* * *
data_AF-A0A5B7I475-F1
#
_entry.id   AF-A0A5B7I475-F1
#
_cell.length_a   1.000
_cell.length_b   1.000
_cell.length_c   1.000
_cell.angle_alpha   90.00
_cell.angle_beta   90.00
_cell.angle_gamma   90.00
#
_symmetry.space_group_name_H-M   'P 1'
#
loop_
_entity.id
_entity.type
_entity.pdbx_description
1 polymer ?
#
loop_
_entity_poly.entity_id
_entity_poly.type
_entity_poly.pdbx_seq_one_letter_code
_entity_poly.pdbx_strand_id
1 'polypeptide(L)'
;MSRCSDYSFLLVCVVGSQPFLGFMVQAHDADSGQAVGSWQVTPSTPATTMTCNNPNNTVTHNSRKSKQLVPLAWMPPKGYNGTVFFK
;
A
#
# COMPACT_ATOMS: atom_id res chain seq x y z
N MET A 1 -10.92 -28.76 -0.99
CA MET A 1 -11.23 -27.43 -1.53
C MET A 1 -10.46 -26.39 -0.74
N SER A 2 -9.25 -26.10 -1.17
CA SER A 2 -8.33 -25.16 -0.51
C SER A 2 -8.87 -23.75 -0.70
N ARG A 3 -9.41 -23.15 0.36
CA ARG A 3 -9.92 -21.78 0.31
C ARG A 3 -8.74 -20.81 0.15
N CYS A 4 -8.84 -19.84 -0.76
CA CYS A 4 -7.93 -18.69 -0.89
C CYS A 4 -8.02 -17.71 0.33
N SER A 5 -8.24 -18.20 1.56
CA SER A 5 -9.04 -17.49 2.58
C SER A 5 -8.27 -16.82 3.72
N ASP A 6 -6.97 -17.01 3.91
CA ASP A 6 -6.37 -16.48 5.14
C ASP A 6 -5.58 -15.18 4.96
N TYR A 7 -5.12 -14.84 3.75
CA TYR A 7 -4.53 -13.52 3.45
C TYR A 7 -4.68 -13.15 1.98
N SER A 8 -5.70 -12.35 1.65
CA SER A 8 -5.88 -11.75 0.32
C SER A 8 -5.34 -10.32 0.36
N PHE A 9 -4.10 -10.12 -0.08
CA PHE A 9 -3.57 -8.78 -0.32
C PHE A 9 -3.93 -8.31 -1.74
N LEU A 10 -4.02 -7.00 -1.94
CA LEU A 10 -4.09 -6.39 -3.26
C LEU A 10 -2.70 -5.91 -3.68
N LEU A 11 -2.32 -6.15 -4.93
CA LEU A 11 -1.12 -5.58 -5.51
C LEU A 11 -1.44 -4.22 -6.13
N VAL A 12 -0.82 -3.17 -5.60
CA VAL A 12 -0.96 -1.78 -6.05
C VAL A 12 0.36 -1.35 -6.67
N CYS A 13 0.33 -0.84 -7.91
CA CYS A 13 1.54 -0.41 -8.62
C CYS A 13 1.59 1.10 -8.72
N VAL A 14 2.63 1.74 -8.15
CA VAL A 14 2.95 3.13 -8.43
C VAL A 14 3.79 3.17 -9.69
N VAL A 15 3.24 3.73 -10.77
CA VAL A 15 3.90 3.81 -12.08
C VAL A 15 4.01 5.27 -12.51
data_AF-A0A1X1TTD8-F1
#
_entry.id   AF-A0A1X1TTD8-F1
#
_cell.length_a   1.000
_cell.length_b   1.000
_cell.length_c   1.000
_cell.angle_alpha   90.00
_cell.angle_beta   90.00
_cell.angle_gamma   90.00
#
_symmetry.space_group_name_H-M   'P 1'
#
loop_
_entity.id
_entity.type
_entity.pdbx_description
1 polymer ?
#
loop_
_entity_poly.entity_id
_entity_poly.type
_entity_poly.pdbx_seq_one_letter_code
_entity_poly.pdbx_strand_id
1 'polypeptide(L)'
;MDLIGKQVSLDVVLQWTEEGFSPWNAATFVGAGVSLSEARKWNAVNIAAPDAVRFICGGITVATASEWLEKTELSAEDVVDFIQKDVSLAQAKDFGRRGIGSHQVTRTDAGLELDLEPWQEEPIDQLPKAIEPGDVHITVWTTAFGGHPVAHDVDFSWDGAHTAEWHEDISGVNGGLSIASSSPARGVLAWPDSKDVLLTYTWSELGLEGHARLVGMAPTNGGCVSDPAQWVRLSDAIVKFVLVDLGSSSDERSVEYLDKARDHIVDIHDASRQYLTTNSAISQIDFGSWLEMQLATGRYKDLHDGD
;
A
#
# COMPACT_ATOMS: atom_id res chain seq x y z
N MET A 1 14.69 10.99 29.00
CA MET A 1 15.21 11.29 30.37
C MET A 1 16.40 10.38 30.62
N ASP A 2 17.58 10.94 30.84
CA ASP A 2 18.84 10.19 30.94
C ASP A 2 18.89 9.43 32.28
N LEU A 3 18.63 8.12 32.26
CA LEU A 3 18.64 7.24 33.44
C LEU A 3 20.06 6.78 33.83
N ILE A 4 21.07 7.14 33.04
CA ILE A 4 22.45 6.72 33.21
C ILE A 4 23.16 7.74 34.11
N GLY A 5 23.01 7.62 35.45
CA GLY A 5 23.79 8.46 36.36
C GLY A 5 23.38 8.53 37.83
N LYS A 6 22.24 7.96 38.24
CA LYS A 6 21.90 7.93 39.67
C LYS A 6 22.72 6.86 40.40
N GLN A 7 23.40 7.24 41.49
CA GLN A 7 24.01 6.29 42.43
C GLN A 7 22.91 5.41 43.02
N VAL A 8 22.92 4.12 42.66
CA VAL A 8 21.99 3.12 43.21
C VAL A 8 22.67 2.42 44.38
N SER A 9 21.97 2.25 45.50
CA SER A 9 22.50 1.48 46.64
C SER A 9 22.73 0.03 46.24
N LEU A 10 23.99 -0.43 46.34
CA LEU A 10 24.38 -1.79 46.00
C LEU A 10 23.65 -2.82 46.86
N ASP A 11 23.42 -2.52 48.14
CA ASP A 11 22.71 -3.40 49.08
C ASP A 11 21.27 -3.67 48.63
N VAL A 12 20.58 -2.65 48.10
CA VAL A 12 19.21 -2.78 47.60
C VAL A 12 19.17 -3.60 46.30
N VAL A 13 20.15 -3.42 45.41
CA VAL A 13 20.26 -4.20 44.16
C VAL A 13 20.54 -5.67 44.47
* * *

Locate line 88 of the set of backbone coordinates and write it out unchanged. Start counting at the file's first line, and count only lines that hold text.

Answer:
#